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IWGB response to new government watchdog for workers' rights

08 June 2021 01:13

In response to today’s breaking news that the government plans to introduce a new workers’ rights watchdog, Henry Chango-Lopez, General Secretary of the Independent Workers’ Union of Great Britain (IWGB) which represents precarious, migrant and gig economy workers, says:

“In the courts and in the streets we have been calling for an independent enforcement body to protect worker rights for many years and after the systematic exploitation, abuse and neglect endured by many frontline and precarious workers through the Covid-19 pandemic the need for this has never been clearer.

State agencies previously responsible for protecting our rights at work have an extremely poor record. The Health and Safety Executive for example only investigated 0.1 percent of the reports it received of avoidable Covid-19 transmissions arriving from poor workplace health and safety. We gave evidence to BEIS to this effect last year and said then that the systemic failures in enforcement go well beyond Covid-19.

Uber went all the way to the Supreme Court in a bid to deny its drivers worker status and basic rights and Addison Lee has now lost its worker status case yet neither ruling has actually been enforced so we would expect this watchdog to take immediate action against Uber, Addison Lee and the slew of other gig economy operators currently failing to meet their legal obligations on workers’ rights. This trend is also increasing well beyond the gig economy, as the rise in outsourcing enables businesses to pass the buck and dodge their responsibilities to their workers.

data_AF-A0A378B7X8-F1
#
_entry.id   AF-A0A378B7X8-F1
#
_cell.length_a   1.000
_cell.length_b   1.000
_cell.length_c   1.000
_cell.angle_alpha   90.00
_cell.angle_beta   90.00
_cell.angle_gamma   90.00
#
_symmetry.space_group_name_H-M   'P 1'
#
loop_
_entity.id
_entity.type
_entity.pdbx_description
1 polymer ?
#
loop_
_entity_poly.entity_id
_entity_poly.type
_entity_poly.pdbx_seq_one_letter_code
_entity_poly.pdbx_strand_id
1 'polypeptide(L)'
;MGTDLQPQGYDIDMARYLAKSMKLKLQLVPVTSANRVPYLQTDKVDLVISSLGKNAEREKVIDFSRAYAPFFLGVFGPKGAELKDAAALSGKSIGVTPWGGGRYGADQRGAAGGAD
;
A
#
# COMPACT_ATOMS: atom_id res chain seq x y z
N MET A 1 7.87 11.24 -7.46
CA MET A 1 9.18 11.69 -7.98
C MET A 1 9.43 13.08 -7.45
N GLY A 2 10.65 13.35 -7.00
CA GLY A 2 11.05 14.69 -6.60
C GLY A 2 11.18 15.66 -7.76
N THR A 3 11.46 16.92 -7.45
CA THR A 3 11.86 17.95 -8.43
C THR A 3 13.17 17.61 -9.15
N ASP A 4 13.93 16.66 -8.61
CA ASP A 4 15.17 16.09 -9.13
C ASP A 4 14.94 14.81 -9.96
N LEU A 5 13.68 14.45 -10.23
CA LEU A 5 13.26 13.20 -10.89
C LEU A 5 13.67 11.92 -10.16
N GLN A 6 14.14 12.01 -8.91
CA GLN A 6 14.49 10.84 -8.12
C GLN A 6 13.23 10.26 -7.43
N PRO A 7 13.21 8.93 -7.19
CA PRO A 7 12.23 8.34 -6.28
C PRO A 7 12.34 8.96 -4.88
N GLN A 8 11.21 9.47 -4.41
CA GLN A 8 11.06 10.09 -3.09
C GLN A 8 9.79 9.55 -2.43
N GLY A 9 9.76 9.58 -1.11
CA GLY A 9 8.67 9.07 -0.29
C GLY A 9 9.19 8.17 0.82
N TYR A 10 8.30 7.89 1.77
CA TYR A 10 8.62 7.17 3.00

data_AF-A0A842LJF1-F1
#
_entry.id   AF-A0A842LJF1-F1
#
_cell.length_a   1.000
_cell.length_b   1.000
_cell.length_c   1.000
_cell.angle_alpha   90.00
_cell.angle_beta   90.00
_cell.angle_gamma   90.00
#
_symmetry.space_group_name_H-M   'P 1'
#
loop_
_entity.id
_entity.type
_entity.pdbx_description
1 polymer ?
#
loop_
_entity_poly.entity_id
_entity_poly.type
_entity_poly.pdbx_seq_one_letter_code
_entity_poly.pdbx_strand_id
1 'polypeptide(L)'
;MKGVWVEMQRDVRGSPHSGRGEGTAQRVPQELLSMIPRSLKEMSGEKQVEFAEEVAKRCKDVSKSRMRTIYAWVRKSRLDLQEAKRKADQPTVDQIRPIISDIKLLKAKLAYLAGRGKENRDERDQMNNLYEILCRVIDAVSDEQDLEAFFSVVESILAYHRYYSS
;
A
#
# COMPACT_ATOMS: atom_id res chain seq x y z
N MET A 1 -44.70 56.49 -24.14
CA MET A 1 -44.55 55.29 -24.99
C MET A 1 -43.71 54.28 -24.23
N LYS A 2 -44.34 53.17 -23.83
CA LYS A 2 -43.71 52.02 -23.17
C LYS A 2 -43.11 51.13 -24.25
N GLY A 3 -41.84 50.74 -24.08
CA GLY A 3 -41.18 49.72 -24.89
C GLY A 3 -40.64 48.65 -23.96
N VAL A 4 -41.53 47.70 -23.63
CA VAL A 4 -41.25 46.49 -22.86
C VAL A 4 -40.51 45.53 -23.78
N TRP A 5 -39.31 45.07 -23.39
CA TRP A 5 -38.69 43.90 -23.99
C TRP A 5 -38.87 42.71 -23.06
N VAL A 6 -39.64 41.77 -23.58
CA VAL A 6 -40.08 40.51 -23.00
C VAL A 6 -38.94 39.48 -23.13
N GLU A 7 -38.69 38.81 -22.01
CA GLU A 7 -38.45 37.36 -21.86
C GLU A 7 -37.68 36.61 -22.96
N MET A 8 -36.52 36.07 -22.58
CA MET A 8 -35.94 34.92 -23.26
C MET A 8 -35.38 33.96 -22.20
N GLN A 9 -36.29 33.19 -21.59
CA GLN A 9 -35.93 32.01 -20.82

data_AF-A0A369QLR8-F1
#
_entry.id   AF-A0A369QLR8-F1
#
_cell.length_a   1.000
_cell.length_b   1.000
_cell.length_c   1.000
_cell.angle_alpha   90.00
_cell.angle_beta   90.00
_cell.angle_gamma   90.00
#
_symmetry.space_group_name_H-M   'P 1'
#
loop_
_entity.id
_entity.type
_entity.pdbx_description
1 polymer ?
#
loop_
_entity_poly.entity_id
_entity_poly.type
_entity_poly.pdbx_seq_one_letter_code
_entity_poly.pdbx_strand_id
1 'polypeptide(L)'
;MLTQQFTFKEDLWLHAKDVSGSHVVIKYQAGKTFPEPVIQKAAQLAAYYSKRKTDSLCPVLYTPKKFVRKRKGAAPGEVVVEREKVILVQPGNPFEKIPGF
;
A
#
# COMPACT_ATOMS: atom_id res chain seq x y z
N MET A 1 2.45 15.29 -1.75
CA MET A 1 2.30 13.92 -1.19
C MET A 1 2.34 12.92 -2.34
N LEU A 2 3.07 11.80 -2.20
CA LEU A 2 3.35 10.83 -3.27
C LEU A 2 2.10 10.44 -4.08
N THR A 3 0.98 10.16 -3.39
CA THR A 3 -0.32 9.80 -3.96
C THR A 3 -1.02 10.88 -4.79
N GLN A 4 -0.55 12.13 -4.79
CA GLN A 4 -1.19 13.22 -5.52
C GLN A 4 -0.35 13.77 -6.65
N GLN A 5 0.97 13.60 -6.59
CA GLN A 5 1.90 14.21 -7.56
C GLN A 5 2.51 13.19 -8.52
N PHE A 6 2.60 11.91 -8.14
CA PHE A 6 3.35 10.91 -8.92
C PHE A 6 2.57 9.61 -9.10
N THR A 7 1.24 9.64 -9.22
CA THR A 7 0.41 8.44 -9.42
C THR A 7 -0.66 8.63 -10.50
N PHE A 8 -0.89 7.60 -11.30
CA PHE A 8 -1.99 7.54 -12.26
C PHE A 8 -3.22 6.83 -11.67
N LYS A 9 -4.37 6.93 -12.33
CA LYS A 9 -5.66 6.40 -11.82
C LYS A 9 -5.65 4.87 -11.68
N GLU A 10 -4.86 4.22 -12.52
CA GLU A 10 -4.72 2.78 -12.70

There is also the question of protections for whistleblowers, particularly migrant and precarious workers on zero hours contracts. Unless measures are included to protect such workers from deportation and destitution they will not be safe to report illegal activity by employers and the watchdog’s ability to stamp out human trafficking will be seriously impaired.

This could be a step in the right direction but only if trade unions are heard and the government establishes a truly independent watchdog with the power to enforce the law and protect all workers equally. No doubt it will be up to workers themselves and the trade unions that represent them to fight for that and make it known that Britain deserves better than business as usual.”

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